Friday, October 17, 2014

Williams’s “Speech Rhythm,” &c.

William Carlos Williams, 1883-1963

Chomping at the air, at nothing. Besieged by that nothing, its casual unpreparedness. Nevertheless, a sallying out, a “mere improvise” (see Shelley’s remark apropos the verse drama Hellas: “I doubt whether, if recited on the Thespian waggon to an Athenian village at the Dionysiaca, it would have obtained the prize of the goat.”) Out of an essay called “Speech Rhythm” William Carlos Williams submitted to Harriet Monroe’s Poetry in 1913:
No action, no creative action is complete but a period from a greater action going in rhythmic course, i.e., an Odyssey, is rightly considered not an isolated unit but a wave of a series from hollow through crest to hollow. No part in its excellence but partakes of the essential nature of the whole.
      This is the conception of the action that I want.
      In the other direction, inward: Imagination creates an image, point by point, piece by piece, segment by segment—into a whole, living. But each part as it plays into its neighbor, each segment into its neighbor segment and every part into every other, causing the whole—exists naturally in rhythm, and as there are waves there are tides and as there are ridges in the sand there are bars after bars . . .
      Each piece of work, rhythmic in whole, is then in essence an assembly of tides, waves, ripples—in short, of greater and lesser rhythmic particles regularly repeated or destroyed . . .
      For practical purposes and for me the unit is of a convenient length, such as may be appreciated at one stroke of the attention. It must not be so small as not to tax the attention, that is, to hold it; it should be in good scale as the architects say . . .
      The rhythm unit is simply any repeated sequence of lengths and heights. Upon this ether the sounds are strung in their variety—slipping, clinging, overreaching, triumphing but always going forward even through moments of total disorder in the advance. . . .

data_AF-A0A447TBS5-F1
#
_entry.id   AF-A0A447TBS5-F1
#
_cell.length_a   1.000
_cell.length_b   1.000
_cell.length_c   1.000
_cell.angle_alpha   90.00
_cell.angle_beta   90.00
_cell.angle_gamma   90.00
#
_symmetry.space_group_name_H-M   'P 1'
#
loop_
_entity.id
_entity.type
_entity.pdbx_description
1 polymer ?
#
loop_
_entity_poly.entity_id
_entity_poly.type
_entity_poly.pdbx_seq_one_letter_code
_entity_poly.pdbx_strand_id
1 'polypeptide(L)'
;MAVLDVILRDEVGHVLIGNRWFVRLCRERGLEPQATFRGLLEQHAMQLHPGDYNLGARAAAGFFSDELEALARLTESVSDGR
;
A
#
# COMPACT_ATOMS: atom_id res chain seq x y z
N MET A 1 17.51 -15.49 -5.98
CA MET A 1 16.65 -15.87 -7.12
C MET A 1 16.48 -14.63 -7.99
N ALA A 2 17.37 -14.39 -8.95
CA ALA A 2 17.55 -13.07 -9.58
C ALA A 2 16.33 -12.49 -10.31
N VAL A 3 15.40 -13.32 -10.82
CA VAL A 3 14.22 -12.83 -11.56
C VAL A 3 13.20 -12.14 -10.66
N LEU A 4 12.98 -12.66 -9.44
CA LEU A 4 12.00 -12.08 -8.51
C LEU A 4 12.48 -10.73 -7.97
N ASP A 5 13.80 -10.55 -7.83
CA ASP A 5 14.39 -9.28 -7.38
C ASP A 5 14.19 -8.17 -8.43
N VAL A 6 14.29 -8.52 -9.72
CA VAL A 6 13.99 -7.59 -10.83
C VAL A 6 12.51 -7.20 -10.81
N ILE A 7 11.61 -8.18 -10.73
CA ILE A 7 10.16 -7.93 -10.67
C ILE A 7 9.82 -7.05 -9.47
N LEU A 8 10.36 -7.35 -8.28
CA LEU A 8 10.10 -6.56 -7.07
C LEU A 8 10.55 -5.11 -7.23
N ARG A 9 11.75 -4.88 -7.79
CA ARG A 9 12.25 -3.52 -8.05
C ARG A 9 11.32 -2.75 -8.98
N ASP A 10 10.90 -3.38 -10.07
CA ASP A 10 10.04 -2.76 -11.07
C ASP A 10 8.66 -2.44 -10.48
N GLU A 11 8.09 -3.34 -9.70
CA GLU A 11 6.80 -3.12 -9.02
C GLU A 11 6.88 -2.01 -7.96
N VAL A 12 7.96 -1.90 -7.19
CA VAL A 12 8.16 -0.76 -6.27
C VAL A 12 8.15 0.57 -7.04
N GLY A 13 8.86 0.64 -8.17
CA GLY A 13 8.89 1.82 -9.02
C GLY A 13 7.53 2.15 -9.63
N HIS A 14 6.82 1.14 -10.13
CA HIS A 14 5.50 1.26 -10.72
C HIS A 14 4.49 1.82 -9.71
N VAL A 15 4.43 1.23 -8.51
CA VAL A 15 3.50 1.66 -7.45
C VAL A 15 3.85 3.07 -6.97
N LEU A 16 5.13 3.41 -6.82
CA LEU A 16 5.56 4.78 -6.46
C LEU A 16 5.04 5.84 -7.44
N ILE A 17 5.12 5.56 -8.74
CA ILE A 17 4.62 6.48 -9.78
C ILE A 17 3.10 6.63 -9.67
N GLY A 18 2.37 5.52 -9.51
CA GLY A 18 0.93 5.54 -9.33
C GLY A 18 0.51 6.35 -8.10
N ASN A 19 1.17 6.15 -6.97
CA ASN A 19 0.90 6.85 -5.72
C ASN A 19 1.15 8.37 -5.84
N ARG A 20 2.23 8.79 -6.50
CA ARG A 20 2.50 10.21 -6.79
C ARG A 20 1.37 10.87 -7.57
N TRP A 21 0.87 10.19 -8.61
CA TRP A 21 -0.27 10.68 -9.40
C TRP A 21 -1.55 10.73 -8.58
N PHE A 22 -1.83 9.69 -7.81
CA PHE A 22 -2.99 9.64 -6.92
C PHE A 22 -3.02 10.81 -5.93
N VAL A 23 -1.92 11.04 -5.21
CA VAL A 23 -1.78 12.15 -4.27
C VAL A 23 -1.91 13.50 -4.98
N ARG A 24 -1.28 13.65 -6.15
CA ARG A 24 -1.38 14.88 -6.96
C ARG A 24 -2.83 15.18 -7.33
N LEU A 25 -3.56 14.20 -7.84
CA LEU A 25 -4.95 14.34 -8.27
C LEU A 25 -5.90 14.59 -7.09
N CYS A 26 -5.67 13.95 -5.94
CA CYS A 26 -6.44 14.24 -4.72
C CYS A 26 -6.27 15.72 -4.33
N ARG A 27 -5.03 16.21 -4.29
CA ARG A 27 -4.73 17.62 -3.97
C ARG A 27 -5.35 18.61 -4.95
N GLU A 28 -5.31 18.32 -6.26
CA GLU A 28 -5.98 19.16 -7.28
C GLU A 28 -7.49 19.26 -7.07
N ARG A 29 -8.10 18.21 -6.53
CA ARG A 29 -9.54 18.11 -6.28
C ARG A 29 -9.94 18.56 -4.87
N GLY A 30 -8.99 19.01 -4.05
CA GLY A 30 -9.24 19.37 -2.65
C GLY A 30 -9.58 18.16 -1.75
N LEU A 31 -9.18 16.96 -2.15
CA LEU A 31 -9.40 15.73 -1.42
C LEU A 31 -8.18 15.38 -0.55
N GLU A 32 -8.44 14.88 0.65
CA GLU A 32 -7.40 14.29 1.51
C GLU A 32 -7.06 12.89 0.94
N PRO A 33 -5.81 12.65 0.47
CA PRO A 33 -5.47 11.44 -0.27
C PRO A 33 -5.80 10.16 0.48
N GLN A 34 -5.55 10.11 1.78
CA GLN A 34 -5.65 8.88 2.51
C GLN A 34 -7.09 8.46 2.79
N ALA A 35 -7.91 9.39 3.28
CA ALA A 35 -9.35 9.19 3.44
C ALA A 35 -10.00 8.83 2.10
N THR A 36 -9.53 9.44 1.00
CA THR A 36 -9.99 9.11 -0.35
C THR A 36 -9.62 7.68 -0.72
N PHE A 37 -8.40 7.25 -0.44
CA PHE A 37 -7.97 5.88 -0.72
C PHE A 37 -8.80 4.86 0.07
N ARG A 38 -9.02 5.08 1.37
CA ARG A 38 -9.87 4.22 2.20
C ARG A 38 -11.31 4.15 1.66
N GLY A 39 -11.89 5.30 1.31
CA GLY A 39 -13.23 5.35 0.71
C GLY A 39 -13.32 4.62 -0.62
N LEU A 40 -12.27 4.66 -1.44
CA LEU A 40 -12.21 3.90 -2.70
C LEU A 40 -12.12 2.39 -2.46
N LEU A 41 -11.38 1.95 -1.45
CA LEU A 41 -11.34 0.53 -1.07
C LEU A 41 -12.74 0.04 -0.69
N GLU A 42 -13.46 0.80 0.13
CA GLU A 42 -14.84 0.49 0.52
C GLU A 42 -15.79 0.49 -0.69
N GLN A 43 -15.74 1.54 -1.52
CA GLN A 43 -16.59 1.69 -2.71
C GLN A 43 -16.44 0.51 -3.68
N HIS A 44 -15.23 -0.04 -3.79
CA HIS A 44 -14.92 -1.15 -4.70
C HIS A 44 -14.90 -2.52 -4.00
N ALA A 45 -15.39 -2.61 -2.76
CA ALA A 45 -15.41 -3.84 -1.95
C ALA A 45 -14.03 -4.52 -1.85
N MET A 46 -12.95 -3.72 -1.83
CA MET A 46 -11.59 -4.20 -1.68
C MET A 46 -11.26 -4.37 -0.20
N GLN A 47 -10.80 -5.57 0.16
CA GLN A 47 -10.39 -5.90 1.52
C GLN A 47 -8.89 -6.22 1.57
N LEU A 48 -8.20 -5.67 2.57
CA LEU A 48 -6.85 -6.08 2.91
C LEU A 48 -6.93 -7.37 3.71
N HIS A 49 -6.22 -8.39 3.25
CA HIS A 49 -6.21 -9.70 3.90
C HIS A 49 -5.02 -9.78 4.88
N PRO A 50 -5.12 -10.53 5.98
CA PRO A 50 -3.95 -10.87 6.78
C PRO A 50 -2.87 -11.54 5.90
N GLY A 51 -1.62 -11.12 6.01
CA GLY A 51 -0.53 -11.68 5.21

Waves : tides :: ridges in the sand : sandbars. Self-similar mechanisms across differing scales. “No part in its excellence but partakes of the essential nature of the whole.” Is Williams’s “Speech Rhythm” pointing to a kind of “fractal verse” avant la lettre? See Alice Fulton’s “Of Formal, Free, and Fractal Verse: Singing the Body Eclectic” (1986), with its “tentative exploration of fractal precepts”:
. . . any line when examined closely (or magnified) will reveal itself to be as richly detailed as was the larger poem from which it was taken; the poem will contain an infinite regression of details, a nesting of pattern within pattern . . . ; digression, interruption, fragmentation and lack of continuity will be regarded as formal functions rather than lapses into formlessness; all directions of motion and rhythm will be equally probable . . .
Harriet Monroe rejected Williams’s essay, “returned it as incomprehensible”—according to Mike Weaver, who found “Speech Rhythm” “uncatalogued among the Viola Baxter Jordan papers” and printed excerpts of it in William Carlos Williams: The American Background (1971). Williams, out of the Selected Letters (1957), writing to Monroe in a letter dated 10 October 1913, presumably regarding the rejected piece:
My dear Miss Monroe: How a thing can be hammered out until it is first perceived is beyond me—but if your editorial judgment is correct—patience.
      To me, what is woefully lacking in our verse and in our criticism is not hammered out stuff, but stuff to be hammered out. A free forum, there is the need, which asks only “Is it new, interesting?” I should think, even, that at times you would be concerned lest you get nothing but that which is hammered and worked out—except when the divine Ezra bludgeons you into it.
      France is France; we are not France. Would you not rather have anticipated a Lincoln than acclaimed a McMahon?
      Figure me, of course, the Lincoln.
And again, a few days thereafter (14 October 1913):
My dear Miss Monroe: To tell the truth, I myself never quite feel that I know what I am talking about—if I did, and when I do, the thing written seems nothing to me. However, what I do write and allow to survive I always feel is mighty worth while and that nobody else has ever come as near as I have to the thing I have intimated if not expressed. To me it’s a matter of first understanding that which may not yet be put to words. I might add more but to no purpose. In a sense I must express myself, but always completely incomplete if that means anything. . . .
Williams seeming to work out a processual dialectic, improvisatory, provisional, raw. I think of E. M. Forster’s anecdotal lady who remarks “How do I know what I think until I see what I say?” in Aspects of the Novel (1927). And, too, Forster’s agreeably remarking on Gide’s Les Faux Monnayeurs, its—
. . . proposal that writers should mix themselves up in their material and be rolled over and over by it; they should not try to subdue any longer, they should hope to be subdued, to be carried away. As for a plot—to pot with the plot! Break it up, boil it down. Let there be those ‘formidable erosions of contour’ of which Nietzsche speaks. All that is prearranged is false.
(Shelley again: “I must trespass upon the forgiveness of my readers for the display of newspaper erudition to which I have been reduced.”)